Activity Alliance has released new research shining a light on the attitudes of non-disabled people towards inclusive activities with disabled people. Even though the results showed very welcome signs of improvement, there are still ingrained perceptions which create barriers in altering the reality of inclusion, disability, and sport.

Taking part with those who are disabled: The perceptions of non-disabled people are the result of an Internet survey conducted with over 2,000 adults who aren’t disabled. It was focused specifically on the concept known as inclusive activity, where both the disabled and non-disabled partake together. It examined the experiences and perceptions of respondents. The findings painted a quite varied picture that indicated the perceptions of non-disabled people might be preventing them from partaking in such a mixed setting.

The opportunity to alter perceptions through sport

The results showed a positive chance to alter perceptions specifically through sporting activity, recognises Gabriel’s Angels. Almost three-quarters of the non-disabled respondents reported to being open to the notion of involving themselves with some kind of active recreation or sport that involved disabled people. Non-disabled people definitely recognised what a positive impact that involving themselves with such inclusive activities might have on themselves. Three benefits were reported specifically, in being how they might learn more about those who are disabled, followed by the chance to meet new people, and feeling more comfortable when around those who are disabled.

About a quarter of the respondents instinctively associated those who are disabled with being fully equal to those who are not disabled, possibly driven by the awareness of discrimination which disabled people have to deal with. Respondents reported that those with mental health issues, behavioural afflictions, physical impairment, and learning disabilities to be the specific groups that experience the most prejudice in today’s UK.

On the other hand, they also showed unfounded concern for the potentially negative impact that involving themselves might have on the wellness of disabled individuals. The top three concerns of non-disabled people were how they might wind up patronising disabled people, how disabled individuals might get hurt, and that people without disabilities might say something that is inappropriate.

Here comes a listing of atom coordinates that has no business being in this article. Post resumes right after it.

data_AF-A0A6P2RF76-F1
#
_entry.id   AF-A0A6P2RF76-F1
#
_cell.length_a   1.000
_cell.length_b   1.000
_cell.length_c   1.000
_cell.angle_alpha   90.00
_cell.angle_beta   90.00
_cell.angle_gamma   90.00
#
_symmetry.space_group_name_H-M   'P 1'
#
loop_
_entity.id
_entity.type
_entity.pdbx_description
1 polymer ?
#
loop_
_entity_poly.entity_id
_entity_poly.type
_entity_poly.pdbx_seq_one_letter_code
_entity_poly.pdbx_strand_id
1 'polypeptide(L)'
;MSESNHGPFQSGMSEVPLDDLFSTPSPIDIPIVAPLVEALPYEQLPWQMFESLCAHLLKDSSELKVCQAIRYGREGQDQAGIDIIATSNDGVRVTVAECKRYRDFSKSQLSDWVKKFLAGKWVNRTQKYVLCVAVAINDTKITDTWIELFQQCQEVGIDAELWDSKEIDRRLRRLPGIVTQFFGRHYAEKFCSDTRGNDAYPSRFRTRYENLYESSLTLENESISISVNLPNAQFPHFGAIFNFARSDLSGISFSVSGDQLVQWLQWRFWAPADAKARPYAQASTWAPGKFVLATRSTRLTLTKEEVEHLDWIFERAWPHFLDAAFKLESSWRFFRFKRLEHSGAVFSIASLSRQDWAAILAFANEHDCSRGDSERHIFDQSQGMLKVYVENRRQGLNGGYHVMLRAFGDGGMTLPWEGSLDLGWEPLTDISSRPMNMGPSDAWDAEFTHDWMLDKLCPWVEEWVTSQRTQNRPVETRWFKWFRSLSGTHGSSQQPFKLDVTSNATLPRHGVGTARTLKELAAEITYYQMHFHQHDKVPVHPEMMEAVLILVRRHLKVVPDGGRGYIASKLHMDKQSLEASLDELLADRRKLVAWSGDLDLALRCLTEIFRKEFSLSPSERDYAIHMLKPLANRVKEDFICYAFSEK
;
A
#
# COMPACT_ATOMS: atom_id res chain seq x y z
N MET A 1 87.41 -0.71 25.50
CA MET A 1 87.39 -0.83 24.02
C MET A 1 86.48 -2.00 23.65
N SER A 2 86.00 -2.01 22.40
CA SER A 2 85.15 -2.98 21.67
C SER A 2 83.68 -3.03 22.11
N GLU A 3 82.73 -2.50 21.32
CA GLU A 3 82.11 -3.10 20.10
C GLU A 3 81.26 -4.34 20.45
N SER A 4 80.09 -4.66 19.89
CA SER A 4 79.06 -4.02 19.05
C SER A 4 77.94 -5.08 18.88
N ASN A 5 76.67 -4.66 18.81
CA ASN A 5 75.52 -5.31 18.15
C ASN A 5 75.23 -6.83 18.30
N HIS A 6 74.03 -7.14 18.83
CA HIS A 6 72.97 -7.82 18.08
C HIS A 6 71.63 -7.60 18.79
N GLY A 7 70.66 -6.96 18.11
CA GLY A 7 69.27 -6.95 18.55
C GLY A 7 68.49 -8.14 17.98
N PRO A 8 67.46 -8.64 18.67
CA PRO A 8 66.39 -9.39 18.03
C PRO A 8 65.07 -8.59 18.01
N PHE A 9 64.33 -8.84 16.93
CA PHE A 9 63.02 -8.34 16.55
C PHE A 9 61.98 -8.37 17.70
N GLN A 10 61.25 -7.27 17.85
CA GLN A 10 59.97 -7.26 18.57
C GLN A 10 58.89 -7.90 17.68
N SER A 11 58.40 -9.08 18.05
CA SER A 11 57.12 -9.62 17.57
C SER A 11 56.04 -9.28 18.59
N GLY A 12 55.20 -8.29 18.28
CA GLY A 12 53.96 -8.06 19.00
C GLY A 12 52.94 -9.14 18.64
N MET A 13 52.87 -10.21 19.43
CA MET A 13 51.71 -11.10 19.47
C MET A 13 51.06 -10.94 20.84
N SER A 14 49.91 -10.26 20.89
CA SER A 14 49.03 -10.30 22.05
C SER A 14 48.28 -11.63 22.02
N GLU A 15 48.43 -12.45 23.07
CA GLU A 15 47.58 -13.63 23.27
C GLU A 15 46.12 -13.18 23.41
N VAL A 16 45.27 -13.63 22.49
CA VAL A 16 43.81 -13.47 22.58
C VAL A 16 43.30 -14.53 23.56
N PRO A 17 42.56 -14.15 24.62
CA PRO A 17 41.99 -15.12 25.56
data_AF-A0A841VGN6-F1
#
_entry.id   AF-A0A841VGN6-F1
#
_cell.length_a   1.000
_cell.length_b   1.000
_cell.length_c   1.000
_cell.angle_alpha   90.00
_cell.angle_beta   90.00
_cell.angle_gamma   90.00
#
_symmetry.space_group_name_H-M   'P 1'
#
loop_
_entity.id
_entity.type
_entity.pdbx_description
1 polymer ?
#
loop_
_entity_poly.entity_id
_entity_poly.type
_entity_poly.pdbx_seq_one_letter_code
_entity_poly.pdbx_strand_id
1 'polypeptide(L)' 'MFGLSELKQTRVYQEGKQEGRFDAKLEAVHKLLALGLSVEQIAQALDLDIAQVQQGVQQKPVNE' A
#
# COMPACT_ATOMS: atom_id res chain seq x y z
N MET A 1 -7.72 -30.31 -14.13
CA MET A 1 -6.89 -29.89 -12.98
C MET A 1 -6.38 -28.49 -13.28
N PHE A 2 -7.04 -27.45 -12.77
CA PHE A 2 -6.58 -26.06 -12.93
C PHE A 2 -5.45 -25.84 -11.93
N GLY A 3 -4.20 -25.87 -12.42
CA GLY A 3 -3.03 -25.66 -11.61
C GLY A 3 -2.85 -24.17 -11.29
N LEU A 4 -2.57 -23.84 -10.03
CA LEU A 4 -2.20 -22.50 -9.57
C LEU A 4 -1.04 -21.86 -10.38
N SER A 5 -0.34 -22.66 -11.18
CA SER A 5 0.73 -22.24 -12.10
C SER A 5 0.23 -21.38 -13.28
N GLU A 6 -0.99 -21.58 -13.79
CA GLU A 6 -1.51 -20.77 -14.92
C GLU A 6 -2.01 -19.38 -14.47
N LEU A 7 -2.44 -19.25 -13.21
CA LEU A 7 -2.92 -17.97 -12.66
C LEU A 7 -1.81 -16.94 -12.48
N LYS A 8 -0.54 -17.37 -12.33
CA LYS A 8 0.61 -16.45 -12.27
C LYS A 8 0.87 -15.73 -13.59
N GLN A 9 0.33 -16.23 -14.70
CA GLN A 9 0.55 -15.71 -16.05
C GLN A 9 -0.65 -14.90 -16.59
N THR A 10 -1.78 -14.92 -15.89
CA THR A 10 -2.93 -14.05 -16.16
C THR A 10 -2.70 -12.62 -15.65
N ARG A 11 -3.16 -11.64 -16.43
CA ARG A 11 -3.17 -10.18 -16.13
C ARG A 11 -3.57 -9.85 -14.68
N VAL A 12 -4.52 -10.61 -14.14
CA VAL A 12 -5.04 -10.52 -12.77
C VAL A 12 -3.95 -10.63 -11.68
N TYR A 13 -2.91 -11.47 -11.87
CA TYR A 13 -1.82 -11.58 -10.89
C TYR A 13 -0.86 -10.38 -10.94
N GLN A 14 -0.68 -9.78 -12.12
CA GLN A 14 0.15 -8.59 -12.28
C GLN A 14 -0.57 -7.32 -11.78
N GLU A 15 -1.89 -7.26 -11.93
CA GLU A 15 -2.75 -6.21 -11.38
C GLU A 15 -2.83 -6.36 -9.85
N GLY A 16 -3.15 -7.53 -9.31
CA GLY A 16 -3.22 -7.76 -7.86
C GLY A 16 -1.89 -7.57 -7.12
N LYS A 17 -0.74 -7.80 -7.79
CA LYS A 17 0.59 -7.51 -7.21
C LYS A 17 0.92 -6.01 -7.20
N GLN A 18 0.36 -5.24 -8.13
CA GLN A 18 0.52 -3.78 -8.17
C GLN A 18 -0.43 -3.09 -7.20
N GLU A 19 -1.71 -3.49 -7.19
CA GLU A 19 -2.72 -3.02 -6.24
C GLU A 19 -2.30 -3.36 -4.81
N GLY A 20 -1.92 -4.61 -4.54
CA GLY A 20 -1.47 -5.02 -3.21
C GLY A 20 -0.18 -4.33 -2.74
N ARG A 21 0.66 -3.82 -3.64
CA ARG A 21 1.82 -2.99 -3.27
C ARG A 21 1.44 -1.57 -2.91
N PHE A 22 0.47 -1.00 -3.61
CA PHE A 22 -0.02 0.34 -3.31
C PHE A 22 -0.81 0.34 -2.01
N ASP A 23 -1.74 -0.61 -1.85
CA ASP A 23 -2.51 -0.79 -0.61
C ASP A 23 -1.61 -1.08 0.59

The language inconsistencies used by the providers promoting mixed activities were readily evident. Over two-thirds of those without disabilities said that they had no pre-existing knowledge of just what the terminology of ‘inclusive sport’ even meant. Almost three quarters did demonstrate awareness as to how inclusive sport could be ‘for everyone’.

Unfamiliar experiences involving those with disabilities

Unfamiliarity, inexperience, and a general lack of awareness with those with disabilities were apparent throughout the results. Disabled individuals are a broad segment of modern society, actually one in every five people! However, only one in seven of those with disabilities were aware that they’d already taken part in physical activities or sport with disabled individuals. Also, just under half said they even knew someone who was disabled.

This report just adds to the growing research portfolio of Activity Alliance which explores those who are disabled and their barriers, as well as perceptions to them being active with others.

The gap between the ambitions and the reality

The Lifestyle Report findings illustrated a serious mismatch between the availability of opportunities for disabled individuals to be active and their preference for being active. Nearly two-thirds of disabled respondents said that they like to be involved in activities and sports that mix together the disabled with those who are not. However, only half were actually getting to do it.

Disabled people also had the chance to echo this preference for mixed sports and activities through the Motivate Me report. That study illustrated how many disabled individuals were far more likely to respond to any opportunities for activity when it tapped into things that mattered the most to them. Those things include building up friendships, keeping up their health, progressing in life, and getting more independent.

While it is certainly true that not all disabled individuals actually want to involve themselves in mixed activities and sport, but enough do that opportunities and awareness need to be promoted at every possible turn.